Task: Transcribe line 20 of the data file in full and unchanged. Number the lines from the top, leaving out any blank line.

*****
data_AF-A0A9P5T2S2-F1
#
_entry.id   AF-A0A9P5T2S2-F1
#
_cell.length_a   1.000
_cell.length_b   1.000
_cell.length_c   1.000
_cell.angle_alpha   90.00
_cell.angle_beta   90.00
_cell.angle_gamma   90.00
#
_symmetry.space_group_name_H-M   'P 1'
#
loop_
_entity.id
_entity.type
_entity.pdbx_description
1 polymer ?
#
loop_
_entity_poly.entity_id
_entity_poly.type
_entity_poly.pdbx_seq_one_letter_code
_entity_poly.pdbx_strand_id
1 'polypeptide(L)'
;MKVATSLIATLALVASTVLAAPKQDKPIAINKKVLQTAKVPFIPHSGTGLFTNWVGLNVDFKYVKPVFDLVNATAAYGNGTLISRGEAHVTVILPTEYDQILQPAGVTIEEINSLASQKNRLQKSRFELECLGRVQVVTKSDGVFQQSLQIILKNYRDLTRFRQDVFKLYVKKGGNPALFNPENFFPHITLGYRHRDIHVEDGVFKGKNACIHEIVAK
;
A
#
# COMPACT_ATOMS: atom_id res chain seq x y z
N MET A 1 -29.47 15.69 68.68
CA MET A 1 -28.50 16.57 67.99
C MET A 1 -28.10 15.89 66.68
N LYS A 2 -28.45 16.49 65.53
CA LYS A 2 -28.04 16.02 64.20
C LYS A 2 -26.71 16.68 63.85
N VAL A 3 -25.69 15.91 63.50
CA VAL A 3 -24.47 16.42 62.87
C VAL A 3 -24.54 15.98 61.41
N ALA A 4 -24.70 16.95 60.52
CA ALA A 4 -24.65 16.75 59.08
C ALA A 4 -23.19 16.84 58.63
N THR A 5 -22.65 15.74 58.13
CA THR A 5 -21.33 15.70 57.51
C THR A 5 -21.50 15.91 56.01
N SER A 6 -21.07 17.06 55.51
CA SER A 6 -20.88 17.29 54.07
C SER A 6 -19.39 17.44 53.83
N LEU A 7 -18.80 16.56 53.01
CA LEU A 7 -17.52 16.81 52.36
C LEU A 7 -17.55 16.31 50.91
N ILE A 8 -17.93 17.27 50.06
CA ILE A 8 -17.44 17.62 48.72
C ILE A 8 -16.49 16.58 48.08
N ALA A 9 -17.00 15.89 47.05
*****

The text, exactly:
loop_